SnippingTool.net is not only about the Windows Snipping Tool, but alternative snipping tools available for Windows users, as well as snipping tools on Android and iOS.

Where to find the Snipping Tool in Windows 10

snip-tool-win-10Update: As pointed out by our readers, Microsoft have moved the Snipping Tool in its final release version of Windows 10. It now lives in a location where we are probably more used to accessing it from. So, to start the Snipping Tool, click on the Start icon and then the All Apps option. This brings up an alphabetical list of programs and folders.

Scroll down to the ‘W’ section and click on the Windows Accessories folder. The Snipping Tool should be listed in this folder.

[how to video]

If you’re going to use the Snipping Tool frequently, then you may want to take advantage of one of two options in the right-click context menu on the Snipping Tool, namely ‘Pin to Start’ and ‘Pin to Taskbar’.

snip-tool-win-10-icons

Pinning the Snipping Tool to Start, creates a ’tile’ for the software, in the group of tiles to the right of the Start menu. Pinning the Snipping Tool to the Taskbar, creates a permanent icon on the Windows Taskbar.

You could also use the Search option to the right of the Start icon and enter ‘sn’. The Snipping Tool will be the only option in the search result list.

Hope that helps everyone find the Snipping Tool in Windows 10.

End of Update

Whilst Windows 10 won’t be released until after April 2015, we thought we’d take a sneak peek at the OS given the Technical Preview available to check out what’s changed for Snipping Tool users.

The good news is that on this review version of Win 10, the Snipping Tool is most definitely front and center! There’s a shortcut to it available on the main Start Menu no less!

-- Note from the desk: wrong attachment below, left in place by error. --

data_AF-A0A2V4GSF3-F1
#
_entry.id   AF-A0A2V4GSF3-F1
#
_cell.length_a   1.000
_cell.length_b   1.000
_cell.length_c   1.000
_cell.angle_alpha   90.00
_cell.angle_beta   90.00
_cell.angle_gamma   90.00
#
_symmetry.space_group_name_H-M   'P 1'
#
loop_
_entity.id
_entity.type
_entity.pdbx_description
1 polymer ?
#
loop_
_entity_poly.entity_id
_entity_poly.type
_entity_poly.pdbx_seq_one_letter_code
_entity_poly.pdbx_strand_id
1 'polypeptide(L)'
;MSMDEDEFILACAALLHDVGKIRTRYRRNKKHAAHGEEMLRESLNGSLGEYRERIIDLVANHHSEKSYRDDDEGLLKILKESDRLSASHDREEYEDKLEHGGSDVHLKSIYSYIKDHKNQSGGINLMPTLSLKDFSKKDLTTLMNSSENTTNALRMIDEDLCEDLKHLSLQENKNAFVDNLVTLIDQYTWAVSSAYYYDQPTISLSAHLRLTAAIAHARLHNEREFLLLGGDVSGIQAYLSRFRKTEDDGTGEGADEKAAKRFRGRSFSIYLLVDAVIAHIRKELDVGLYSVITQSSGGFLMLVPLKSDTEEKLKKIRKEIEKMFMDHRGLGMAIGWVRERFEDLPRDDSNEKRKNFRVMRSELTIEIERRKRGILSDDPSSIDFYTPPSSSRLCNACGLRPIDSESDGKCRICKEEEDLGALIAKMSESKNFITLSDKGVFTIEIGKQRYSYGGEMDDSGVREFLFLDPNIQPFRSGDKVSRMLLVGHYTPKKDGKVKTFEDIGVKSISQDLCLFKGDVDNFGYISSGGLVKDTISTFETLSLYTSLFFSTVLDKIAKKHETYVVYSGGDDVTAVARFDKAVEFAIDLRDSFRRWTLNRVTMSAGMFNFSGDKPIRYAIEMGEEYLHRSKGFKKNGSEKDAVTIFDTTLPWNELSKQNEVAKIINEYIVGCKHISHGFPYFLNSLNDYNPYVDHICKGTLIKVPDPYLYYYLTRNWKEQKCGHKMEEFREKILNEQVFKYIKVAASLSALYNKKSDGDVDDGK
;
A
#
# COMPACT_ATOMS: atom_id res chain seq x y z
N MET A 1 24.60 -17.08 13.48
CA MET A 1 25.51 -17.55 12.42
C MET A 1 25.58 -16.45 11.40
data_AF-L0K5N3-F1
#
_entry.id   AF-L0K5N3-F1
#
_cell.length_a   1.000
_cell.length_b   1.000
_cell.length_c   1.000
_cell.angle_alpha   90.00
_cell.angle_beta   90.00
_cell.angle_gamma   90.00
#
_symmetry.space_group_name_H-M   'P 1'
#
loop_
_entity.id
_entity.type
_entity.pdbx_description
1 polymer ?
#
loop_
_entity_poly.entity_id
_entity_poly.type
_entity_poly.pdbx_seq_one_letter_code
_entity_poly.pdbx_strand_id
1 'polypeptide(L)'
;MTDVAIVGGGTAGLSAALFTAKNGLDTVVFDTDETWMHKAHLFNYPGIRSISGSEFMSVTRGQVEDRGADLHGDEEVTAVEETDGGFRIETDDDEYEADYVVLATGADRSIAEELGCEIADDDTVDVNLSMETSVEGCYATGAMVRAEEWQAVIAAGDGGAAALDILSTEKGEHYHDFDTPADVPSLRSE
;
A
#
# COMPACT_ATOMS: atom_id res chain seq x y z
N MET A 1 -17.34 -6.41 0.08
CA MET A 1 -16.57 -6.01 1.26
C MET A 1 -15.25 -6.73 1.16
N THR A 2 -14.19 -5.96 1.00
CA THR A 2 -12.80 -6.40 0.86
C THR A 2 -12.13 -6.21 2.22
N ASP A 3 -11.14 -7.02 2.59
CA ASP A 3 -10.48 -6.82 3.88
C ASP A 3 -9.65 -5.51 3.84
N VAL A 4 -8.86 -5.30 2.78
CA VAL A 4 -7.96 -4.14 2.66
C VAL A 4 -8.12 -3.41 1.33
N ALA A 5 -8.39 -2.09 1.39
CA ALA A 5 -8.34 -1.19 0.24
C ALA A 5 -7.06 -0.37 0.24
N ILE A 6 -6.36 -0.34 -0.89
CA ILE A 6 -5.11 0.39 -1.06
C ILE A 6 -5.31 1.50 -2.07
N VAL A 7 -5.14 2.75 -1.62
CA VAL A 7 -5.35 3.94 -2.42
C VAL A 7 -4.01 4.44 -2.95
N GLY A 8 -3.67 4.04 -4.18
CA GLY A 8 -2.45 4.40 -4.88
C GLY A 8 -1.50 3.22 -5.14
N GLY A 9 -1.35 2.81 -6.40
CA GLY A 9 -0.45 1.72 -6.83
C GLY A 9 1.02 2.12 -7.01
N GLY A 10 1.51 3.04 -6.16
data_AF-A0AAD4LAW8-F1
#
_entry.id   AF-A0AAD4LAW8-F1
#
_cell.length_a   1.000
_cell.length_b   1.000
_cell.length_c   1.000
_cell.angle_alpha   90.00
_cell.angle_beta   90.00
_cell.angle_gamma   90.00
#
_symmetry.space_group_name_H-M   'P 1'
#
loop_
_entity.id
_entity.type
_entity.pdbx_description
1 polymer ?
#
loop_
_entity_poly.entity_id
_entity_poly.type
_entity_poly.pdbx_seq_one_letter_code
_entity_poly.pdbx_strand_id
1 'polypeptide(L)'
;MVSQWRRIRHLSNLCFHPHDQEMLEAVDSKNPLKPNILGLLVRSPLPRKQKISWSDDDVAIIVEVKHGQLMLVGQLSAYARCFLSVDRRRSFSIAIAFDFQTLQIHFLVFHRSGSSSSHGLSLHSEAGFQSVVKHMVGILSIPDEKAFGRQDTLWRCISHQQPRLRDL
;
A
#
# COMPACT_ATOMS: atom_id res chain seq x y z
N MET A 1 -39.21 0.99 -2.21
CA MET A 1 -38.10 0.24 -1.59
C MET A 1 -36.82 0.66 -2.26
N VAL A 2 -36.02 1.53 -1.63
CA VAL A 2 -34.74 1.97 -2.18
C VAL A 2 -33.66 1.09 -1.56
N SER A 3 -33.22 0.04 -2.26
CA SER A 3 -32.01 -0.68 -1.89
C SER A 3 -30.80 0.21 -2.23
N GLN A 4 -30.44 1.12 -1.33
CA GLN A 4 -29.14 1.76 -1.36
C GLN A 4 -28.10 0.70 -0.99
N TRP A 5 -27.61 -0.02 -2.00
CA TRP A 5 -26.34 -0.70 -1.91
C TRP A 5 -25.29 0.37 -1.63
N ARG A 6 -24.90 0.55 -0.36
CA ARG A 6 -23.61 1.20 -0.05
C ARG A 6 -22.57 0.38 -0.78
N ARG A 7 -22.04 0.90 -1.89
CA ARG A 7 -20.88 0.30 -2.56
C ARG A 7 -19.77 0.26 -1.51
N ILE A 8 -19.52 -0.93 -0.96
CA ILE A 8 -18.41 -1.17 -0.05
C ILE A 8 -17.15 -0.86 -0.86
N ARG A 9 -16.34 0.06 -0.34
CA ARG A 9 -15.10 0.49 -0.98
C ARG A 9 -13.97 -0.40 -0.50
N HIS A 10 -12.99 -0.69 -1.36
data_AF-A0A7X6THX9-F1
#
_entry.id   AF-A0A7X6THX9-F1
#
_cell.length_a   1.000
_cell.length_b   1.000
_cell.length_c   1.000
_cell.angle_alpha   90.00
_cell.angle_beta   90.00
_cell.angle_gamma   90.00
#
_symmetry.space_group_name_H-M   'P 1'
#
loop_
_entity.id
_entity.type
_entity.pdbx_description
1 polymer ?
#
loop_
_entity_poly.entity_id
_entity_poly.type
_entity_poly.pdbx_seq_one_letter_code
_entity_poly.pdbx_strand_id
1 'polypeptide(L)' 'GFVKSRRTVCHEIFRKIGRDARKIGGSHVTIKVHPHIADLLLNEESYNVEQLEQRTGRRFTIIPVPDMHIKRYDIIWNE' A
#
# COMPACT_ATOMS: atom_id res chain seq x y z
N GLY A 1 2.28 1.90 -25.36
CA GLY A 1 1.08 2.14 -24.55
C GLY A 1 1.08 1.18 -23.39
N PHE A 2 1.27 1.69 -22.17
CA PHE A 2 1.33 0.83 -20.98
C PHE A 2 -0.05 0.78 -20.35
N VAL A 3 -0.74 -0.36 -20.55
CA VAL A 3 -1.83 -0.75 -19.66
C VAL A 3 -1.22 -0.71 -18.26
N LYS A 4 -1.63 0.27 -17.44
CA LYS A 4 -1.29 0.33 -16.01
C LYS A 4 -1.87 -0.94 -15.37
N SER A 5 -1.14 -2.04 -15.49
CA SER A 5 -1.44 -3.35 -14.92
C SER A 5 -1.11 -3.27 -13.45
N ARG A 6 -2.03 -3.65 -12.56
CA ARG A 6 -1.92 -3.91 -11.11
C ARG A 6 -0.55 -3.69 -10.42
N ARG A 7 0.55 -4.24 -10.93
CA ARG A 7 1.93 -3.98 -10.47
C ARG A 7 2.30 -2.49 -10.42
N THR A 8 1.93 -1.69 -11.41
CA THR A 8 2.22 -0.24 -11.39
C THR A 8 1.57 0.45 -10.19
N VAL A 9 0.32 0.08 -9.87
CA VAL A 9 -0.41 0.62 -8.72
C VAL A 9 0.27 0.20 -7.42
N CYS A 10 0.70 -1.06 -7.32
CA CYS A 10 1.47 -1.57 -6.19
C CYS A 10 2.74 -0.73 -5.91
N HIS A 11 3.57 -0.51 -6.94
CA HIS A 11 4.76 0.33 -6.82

CaptureWhich of course makes it a breeze to start up your favourite snipping tool in the latest OS from Microsoft. There’s also the usual Pin/Unpin from Start and Pin/Unpin from taskbar option.

However things got a bit confusing with the Pin/Unpin from Start option. Pinning it to Start means it appears as a tile option in the area to the right of the Start Menu and unpinning it moved it back to the Start menu.

The only way to remove it from the Start Menu/Area was to use the ‘Remove from this list’ option, which demoted it to the All Apps area under Windows Accessories – its usual home!

So the only real changes to where to find the Snipping Tool in Win 10 are more a reflection of a change in the OS itself with the merging of the two interfaces available in Win 8.

In our next post we’ll take a closer look at the Win 10 version of the Snipping Tool to see what has changed in its functionality.

Updated: Perhaps unsurprisingly, we couldn’t find any differences in functionality between a Win 7 snipping tool app and the Win 10 version!

Updated: Actually yes we did! Check out the new features in the Snipping Tool in Windows 10!

 

Snipping Tool Application Options

Having taken a look at the ‘Snip’ options available in the Windows 10 Snipping Tool, we thought we’d take a quick look at the application options as well. Clicking on the Options cog in the initial Snipping Tool window opens up the ‘Snipping Tool Options’ dialog